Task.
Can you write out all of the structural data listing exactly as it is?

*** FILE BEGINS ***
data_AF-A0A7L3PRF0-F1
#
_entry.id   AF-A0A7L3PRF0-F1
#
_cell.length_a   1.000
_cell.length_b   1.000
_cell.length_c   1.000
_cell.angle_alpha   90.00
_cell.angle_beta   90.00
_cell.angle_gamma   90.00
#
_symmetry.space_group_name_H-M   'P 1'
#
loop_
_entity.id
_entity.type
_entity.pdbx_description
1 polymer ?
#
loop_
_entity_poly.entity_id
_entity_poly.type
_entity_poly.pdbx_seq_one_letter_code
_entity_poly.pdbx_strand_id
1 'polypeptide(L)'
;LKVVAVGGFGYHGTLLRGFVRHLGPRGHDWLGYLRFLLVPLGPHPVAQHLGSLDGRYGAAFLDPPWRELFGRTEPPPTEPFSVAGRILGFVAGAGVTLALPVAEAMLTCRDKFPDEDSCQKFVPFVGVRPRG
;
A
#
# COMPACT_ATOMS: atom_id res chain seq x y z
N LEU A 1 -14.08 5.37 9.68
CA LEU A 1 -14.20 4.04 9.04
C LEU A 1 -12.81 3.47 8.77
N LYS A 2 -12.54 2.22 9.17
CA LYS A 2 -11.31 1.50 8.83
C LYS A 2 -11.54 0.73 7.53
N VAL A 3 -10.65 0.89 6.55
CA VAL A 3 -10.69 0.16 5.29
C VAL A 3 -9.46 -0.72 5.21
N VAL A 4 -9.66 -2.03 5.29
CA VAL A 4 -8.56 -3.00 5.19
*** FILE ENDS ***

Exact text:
data_AF-A0A7L3PRF0-F1
#
_entry.id   AF-A0A7L3PRF0-F1
#
_cell.length_a   1.000
_cell.length_b   1.000
_cell.length_c   1.000
_cell.angle_alpha   90.00
_cell.angle_beta   90.00
_cell.angle_gamma   90.00
#
_symmetry.space_group_name_H-M   'P 1'
#
loop_
_entity.id
_entity.type
_entity.pdbx_description
1 polymer ?
#
loop_
_entity_poly.entity_id
_entity_poly.type
_entity_poly.pdbx_seq_one_letter_code
_entity_poly.pdbx_strand_id
1 'polypeptide(L)'
;LKVVAVGGFGYHGTLLRGFVRHLGPRGHDWLGYLRFLLVPLGPHPVAQHLGSLDGRYGAAFLDPPWRELFGRTEPPPTEPFSVAGRILGFVAGAGVTLALPVAEAMLTCRDKFPDEDSCQKFVPFVGVRPRG
;
A
#
# COMPACT_ATOMS: atom_id res chain seq x y z
N LEU A 1 -14.08 5.37 9.68
CA LEU A 1 -14.20 4.04 9.04
C LEU A 1 -12.81 3.47 8.77
N LYS A 2 -12.54 2.22 9.17
CA LYS A 2 -11.31 1.50 8.83
C LYS A 2 -11.54 0.73 7.53
N VAL A 3 -10.65 0.89 6.55
CA VAL A 3 -10.69 0.16 5.29
C VAL A 3 -9.46 -0.72 5.21
N VAL A 4 -9.66 -2.03 5.29
CA VAL A 4 -8.56 -3.00 5.19